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gc_aangle

Finds the acute angle between two great circles on the globe.

Available in version 4.3.1 and later.

Prototype

	function gc_aangle (
		lat  : numeric,  
		lon  : numeric   
	)

	return_val  :  numeric

Arguments

lat
lon

Latitudes and longitudes, in degrees, of vertices. The first two pairs of lat/lon values specify vertices of an arc of one great circle and the second two pairs specify the vertices of the second circle. These can be multi-dimensional arrays, but the rightmost dimension size must be 4 for specifying the vertices of the two arcs. If lat and lon have more than one dimension, then they must agree in number of dimensions and dimension sizes.

Return value

The acute angle, in degrees, between the great circles defined by the arcs as describe above. This will be a non-negative value. If the input arrays are singly dimensioned, then the return value will be a scalar. If the input arrays are multi-dimensional, then the returned array will have one less dimension than the number of dimensions of the input arrays and the dimension sizes of the returned array will agree with those of the input arrays up through their penultimate dimension. The return value will be of type double if either of the input arguments is of type double and type float otherwise.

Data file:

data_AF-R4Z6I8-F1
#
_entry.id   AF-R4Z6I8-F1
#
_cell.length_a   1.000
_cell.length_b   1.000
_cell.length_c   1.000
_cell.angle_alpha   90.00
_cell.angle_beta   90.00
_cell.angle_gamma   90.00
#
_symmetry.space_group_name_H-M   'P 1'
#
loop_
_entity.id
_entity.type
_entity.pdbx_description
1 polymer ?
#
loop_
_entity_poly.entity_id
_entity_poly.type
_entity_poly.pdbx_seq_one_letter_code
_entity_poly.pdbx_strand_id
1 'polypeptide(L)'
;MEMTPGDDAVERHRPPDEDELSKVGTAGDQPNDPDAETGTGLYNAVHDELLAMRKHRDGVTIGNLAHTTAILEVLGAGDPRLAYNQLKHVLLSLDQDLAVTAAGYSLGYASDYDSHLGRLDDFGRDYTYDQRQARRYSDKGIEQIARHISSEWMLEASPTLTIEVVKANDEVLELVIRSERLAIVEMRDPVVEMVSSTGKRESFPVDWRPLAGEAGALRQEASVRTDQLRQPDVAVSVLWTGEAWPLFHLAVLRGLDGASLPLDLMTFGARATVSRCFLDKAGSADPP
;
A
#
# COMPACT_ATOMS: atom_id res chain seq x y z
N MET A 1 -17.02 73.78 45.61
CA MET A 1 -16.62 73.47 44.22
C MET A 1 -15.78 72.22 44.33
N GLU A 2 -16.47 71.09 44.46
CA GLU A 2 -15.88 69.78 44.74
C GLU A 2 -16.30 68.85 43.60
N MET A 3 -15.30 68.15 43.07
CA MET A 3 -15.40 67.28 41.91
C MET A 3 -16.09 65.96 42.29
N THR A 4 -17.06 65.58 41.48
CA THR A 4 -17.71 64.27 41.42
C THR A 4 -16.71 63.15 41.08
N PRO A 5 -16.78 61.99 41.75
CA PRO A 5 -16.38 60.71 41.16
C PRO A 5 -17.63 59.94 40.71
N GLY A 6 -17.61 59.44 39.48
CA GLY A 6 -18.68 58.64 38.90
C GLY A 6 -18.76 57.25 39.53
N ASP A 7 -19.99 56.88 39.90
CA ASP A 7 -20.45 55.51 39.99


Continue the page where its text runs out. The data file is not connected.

Description

This function finds the acute angle between two great circles, given two pairs of points on the globe that define two arcs.

Missing values are not honored as such, since it does not make sense to have a vertex specified as a missing value.

See Also

gc_dangle

Examples

Example 1

The following:

  begin
   aangle = gc_aangle( (/0.0,  0.0, 0.0,  10.0/),    \
                       (/0.0, 10.0, 0.0,   0.0/) )
   print (aangle)
  end
produces:

Variable: aangle
Type: float
Total Size: 4 bytes
            1 values
Number of Dimensions: 1
Dimensions and sizes:   [1]
Coordinates: 
(0)     90
Example 2

The following:

  begin
    aangle = gc_aangle( (/10.0d, 20.0d, 0.0d,  0.0d/),    \
                        (/ 0.0d,  0.0d, 5.0d, 20.0d/) )
    print (aangle)
  end
produces:

Variable: aangle
Type: double
Total Size: 8 bytes
            1 values
Number of Dimensions: 1
Dimensions and sizes:   [1]
Coordinates: 
(0)     89.99999999999963
Example 3

The following:

begin
  lat = (/                             \
            (/ 0., 0.,   0., 10.0/) ,  \
            (/22.,40.,  22., 10.0/),   \
            (/10.,20.,   0.,  0.0/)    \
        /)
  lon = (/                             \
            (/ 0.,10.,   0.,  0.0/) ,  \
            (/40.,50.,  40., 30.0/),   \
            (/ 0., 0.,   5., 20.0/)    \
        /)
  angles = gc_aangle(lat, lon)
  print(angles)
end
produces:

Variable: angles
Type: float
Total Size: 12 bytes
            3 values
Number of Dimensions: 1
Dimensions and sizes:   [3]
Coordinates: 
(0)     90
(1)     17.20756
(2)     90